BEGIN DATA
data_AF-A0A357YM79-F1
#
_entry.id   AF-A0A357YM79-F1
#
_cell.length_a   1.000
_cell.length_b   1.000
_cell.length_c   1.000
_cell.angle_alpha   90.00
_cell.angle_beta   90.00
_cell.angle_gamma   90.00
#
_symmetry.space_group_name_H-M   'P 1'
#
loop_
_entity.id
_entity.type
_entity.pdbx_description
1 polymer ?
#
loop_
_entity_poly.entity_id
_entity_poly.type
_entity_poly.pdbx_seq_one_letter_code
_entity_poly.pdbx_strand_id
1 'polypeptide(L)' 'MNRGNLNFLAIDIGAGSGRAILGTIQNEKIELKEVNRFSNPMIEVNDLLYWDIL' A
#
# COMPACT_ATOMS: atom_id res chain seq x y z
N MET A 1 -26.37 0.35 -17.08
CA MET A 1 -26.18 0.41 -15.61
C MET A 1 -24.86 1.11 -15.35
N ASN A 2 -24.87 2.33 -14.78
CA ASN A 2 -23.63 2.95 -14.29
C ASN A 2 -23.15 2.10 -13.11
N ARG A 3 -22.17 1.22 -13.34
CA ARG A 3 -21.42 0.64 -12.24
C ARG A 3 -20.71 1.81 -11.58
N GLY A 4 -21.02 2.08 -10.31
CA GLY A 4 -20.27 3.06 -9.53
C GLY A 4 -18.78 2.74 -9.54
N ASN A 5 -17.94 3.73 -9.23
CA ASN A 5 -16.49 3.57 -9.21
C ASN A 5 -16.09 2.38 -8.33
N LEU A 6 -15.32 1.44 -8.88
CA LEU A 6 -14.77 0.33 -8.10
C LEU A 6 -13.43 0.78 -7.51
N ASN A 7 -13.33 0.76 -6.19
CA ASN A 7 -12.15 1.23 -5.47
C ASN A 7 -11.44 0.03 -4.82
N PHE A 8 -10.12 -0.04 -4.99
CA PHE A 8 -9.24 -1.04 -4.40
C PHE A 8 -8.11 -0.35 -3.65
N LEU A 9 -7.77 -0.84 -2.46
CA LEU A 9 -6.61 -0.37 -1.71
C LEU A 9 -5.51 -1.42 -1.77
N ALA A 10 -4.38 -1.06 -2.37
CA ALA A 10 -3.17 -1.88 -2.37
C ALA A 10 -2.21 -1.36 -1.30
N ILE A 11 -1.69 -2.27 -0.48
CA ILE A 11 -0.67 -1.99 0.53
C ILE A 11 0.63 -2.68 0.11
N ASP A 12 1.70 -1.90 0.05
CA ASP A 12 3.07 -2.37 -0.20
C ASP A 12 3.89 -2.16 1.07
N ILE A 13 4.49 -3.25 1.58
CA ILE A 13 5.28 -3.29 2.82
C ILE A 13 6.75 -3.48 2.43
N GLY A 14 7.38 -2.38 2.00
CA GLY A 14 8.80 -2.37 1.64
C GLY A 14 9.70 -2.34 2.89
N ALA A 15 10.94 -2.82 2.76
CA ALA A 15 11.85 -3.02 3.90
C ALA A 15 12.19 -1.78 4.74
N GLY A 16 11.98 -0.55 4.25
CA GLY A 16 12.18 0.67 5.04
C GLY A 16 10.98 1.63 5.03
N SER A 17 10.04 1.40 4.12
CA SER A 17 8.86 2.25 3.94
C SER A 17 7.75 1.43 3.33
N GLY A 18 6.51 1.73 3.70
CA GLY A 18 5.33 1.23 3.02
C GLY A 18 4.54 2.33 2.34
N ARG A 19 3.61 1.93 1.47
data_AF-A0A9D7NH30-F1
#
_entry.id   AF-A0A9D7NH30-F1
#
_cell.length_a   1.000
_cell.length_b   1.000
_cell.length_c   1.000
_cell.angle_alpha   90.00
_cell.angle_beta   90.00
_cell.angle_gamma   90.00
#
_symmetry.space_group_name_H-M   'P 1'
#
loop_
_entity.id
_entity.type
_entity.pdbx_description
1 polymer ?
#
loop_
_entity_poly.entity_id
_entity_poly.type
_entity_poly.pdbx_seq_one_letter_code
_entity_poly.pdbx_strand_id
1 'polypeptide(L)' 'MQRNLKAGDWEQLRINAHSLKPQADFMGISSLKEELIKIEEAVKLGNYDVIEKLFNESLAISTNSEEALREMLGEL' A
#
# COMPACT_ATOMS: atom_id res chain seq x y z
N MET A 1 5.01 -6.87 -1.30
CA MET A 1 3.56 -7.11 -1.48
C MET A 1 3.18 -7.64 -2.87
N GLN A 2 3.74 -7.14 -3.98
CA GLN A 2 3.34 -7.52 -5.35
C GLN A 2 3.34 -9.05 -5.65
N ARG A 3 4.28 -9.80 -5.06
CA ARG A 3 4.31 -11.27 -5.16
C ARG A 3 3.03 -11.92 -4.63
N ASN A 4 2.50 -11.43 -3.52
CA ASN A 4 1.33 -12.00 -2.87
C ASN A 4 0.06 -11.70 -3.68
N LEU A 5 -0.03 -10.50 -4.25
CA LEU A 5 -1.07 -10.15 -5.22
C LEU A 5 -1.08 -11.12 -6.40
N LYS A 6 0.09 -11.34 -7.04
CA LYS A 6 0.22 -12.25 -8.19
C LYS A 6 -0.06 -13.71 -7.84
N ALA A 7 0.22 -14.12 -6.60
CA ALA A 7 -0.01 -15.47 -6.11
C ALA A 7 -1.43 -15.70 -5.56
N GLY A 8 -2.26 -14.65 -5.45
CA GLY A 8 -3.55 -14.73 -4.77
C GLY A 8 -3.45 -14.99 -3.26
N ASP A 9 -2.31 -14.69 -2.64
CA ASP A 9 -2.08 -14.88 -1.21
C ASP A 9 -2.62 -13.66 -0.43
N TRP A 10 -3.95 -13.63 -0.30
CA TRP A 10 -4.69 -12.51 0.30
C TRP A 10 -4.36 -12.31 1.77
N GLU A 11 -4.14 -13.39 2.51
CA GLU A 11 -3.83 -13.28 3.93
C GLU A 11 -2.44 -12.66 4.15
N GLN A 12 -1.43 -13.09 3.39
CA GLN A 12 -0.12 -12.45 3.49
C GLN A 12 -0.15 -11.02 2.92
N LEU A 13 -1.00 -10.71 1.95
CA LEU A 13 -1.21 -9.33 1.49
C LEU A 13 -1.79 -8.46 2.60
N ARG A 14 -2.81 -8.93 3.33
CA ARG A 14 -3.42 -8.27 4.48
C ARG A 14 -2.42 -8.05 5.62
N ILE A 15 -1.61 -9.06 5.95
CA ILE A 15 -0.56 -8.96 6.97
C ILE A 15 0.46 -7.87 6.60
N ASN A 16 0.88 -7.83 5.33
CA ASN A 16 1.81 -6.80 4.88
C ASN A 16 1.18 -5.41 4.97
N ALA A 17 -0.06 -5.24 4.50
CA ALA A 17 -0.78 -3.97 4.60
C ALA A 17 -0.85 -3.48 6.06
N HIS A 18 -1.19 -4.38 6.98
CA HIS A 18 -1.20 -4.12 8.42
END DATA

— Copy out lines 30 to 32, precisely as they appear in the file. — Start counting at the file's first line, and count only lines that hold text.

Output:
C MET A 1 -24.86 1.11 -15.35
N ASN A 2 -24.87 2.33 -14.78
CA ASN A 2 -23.63 2.95 -14.29